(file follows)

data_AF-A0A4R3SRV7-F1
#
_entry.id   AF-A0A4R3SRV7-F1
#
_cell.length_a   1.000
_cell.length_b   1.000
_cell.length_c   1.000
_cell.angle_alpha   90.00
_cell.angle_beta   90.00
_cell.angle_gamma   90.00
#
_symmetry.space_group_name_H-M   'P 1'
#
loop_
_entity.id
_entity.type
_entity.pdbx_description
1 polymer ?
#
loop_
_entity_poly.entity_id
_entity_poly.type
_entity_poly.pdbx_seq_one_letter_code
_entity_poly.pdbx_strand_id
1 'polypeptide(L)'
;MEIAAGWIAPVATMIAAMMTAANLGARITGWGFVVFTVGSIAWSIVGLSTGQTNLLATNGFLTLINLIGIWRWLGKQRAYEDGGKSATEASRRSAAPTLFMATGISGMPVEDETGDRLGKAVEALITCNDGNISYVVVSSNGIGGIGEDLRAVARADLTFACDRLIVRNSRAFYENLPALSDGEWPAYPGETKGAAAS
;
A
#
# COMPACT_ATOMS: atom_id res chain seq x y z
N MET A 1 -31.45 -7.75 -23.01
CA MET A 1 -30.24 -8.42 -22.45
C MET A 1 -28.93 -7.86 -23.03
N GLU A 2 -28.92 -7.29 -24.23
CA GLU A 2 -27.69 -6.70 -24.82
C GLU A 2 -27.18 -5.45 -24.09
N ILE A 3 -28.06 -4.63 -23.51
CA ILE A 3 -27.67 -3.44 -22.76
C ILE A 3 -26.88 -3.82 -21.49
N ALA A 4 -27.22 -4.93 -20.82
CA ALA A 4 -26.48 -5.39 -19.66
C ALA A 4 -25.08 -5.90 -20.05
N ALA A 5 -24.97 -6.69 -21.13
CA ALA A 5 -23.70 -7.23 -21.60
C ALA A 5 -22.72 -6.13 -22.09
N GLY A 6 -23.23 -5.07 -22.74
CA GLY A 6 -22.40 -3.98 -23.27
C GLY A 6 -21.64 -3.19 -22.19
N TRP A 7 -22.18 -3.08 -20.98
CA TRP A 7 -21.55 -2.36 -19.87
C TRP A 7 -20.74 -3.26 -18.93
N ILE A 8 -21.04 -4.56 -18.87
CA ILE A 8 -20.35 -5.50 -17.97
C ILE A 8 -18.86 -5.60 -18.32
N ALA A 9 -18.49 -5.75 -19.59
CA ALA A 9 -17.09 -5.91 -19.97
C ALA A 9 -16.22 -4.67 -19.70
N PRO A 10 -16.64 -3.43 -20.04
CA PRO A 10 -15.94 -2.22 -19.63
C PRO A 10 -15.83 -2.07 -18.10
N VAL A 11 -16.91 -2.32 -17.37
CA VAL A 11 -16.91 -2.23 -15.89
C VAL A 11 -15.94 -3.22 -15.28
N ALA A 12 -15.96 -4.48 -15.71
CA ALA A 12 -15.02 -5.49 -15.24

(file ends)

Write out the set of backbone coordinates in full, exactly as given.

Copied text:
data_AF-A0A4R3SRV7-F1
#
_entry.id   AF-A0A4R3SRV7-F1
#
_cell.length_a   1.000
_cell.length_b   1.000
_cell.length_c   1.000
_cell.angle_alpha   90.00
_cell.angle_beta   90.00
_cell.angle_gamma   90.00
#
_symmetry.space_group_name_H-M   'P 1'
#
loop_
_entity.id
_entity.type
_entity.pdbx_description
1 polymer ?
#
loop_
_entity_poly.entity_id
_entity_poly.type
_entity_poly.pdbx_seq_one_letter_code
_entity_poly.pdbx_strand_id
1 'polypeptide(L)'
;MEIAAGWIAPVATMIAAMMTAANLGARITGWGFVVFTVGSIAWSIVGLSTGQTNLLATNGFLTLINLIGIWRWLGKQRAYEDGGKSATEASRRSAAPTLFMATGISGMPVEDETGDRLGKAVEALITCNDGNISYVVVSSNGIGGIGEDLRAVARADLTFACDRLIVRNSRAFYENLPALSDGEWPAYPGETKGAAAS
;
A
#
# COMPACT_ATOMS: atom_id res chain seq x y z
N MET A 1 -31.45 -7.75 -23.01
CA MET A 1 -30.24 -8.42 -22.45
C MET A 1 -28.93 -7.86 -23.03
N GLU A 2 -28.92 -7.29 -24.23
CA GLU A 2 -27.69 -6.70 -24.82
C GLU A 2 -27.18 -5.45 -24.09
N ILE A 3 -28.06 -4.63 -23.51
CA ILE A 3 -27.67 -3.44 -22.76
C ILE A 3 -26.88 -3.82 -21.49
N ALA A 4 -27.22 -4.93 -20.82
CA ALA A 4 -26.48 -5.39 -19.66
C ALA A 4 -25.08 -5.90 -20.05
N ALA A 5 -24.97 -6.69 -21.13
CA ALA A 5 -23.70 -7.23 -21.60
C ALA A 5 -22.72 -6.13 -22.09
N GLY A 6 -23.23 -5.07 -22.74
CA GLY A 6 -22.40 -3.98 -23.27
C GLY A 6 -21.64 -3.19 -22.19
N TRP A 7 -22.18 -3.08 -20.98
CA TRP A 7 -21.55 -2.36 -19.87
C TRP A 7 -20.74 -3.26 -18.93
N ILE A 8 -21.04 -4.56 -18.87
CA ILE A 8 -20.35 -5.50 -17.97
C ILE A 8 -18.86 -5.60 -18.32
N ALA A 9 -18.49 -5.75 -19.59
CA ALA A 9 -17.09 -5.91 -19.97
C ALA A 9 -16.22 -4.67 -19.70
N PRO A 10 -16.64 -3.43 -20.04
CA PRO A 10 -15.94 -2.22 -19.63
C PRO A 10 -15.83 -2.07 -18.10
N VAL A 11 -16.91 -2.32 -17.37
CA VAL A 11 -16.91 -2.23 -15.89
C VAL A 11 -15.94 -3.22 -15.28
N ALA A 12 -15.96 -4.48 -15.71
CA ALA A 12 -15.02 -5.49 -15.24